Open Door Policy or Hide and Seek?

Jul 1, 2008

No one doubts that LinkedIn has evolved into an integral tool for recruiters to tap into a vast realm of talent and passive candidates they otherwise would not be able to access. LinkedIn now has more than 20 million experienced professionals in its online business network.

It is not a matter of whether recruiters need to use LinkedIn — they obviously do — it’s a matter of how they do it. Consider the dilemma facing many recruiters when they are told to jump on the LinkedIn bandwagon:

“For the life of me I just don’t get it! I’ve built solid relationships from the ground up and now you want to see them all? And I don’t even KNOW YOU?” says one recruiter.

Another recruiter chimes in: “If I link with all my clients, then link with my recruiter associates, what have I done? Can you imagine stopping by another recruiter buddy’s office and grabbing his Rolodex? Really? No way!”

When you join LinkedIn, should you have an “open” policy regarding your network of contacts, or should you hoard them? If everyone refused to open up their contact list for fear of poaching, social networks would cease to exist.

As one recruiter put it, “It would be like only recruiting candidates that live in a 20-mile radius.”

The Smart Way to Build Your Network

Don’t worry about having a “contact inferiority complex” when it comes to building your network. While many people brag about the number of connections and their network, I prefer quality over quantity. Choose the LinkedIn privacy strategy that is right for you: referrals between friends, targeted, or invite only. I have decided to err on the side of caution and it hasn’t hurt my ability to build an expansive network of contacts — 8.2 million and growing (ok…so I’m bragging a little).

Have a definite goal in mind before you begin. At first glance, hiding one’s contacts might seem to squash the spirit of networking, but having a closed network has helped me to maintain a high caliber of quality connections for the following reasons:

  • C-Suite confidence. I have a network of high-level executives – especially in the C-level suite – and decision makers who don’t necessarily want to be shown or contacted. C-level executives rarely give out their information and are, by nature, cautious with their connections.
  • Time constraints. Networking demands not only time, but care. My objective is to have a valuable network, one that I know for certain my connections can rely on. When I was an open networker, I began getting inundated with connection requests from people I really had no solid ties to. Though networking is the beauty of LinkedIn, I found myself with a part-time job of trying to manage connections.
  • Competition. We all work hard to build a clientele and long-lasting, trustworthy relationships. As much care as I take in becoming a trusted partner with my clients, competition is always an aspect of business. With LinkedIn, there’s always a risk of contact information “falling into the wrong hands.” I’m protecting not only my business, but my connections’ livelihoods as well. I take pride in that.

Don’t Get Caught Up in the Numbers Game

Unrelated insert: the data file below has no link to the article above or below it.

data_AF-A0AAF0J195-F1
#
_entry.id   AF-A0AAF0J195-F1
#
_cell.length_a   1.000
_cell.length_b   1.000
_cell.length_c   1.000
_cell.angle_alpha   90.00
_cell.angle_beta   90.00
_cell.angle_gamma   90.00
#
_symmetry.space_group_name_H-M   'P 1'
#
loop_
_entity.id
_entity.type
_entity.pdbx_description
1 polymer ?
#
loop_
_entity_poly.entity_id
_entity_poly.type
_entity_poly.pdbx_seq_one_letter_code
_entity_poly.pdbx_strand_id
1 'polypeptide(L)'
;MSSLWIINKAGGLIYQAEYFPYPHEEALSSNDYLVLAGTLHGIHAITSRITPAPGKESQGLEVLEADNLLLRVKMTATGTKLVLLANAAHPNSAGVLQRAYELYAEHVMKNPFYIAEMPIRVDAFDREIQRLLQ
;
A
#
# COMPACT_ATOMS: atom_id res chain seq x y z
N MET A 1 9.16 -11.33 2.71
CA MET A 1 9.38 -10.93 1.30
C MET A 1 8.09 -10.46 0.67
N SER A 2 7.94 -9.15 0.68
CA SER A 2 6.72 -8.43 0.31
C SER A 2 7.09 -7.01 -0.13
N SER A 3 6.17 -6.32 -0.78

I understand why recruiters keep their connections open. I’ve heard reasons like, “If you are good at what you do (building relationships) who cares if your competition sees your connections?” Same goes for clients, right? If you have a good relationship with your candidates, then it won’t matter who else contacts them, even a client. Ultimately the thought is, bigger is better.

But that’s not the case with business networking. Recruiters can build strong and useful networks without linking to everyone under the sun, and they can do so while judiciously sharing their connections. From LinkedIn itself to other online websites, the tools are out there.

For example, there are countless LinkedIn Groups recruiters can join, including alumni, corporate, conference, networking, non-profit and other professional groups. Be strategic and tactful when choosing which to join, but definitely do it. It’s a great way to build a valued network.

There are also several websites that exist specifically to help LinkedIn members build their networks, whether you are an open or closed networker. Check out or for lists of key LinkedIn networkers.

What is Your LinkedIn Type?

I’ve found there are three main types of LinkedIn members based on a spectrum of behaviors. First, there is the “Open Book Networker” who goes for quantity. These self-professed “power networkers” border on spamming — they are amassing thousands of links at a time with little regard to relevancy. Be wary of these contacts, because you just might end up getting a LinkedIn invite from a prince in Nigeria.

Next is the “Stingy Lurking Networker,” who lurks on the social media sidelines, always requesting introductions but never sharing their contacts. Social networks would die if there were too many of these guys.

Somewhere in the middle is the “Smart Focused Networker” who intelligently uses social media tools liked LinkedIn for what they are — extensions of their passive candidate sourcing strategy. These members selectively target new contacts and judiciously reveal their own contacts, creating relevancy and trust in the system.

Everyone has different objectives when it comes to using social and business networks. It’s easy to jump on the bandwagon and forget the main goal. Make sure you are using LinkedIn for the right reasons. Keep your objectives in mind and be purposeful about who you connect to.

In doing so, you will not only be building a valuable network of contacts for yourself, but you will be contributing to the trust and value of the network as a whole.

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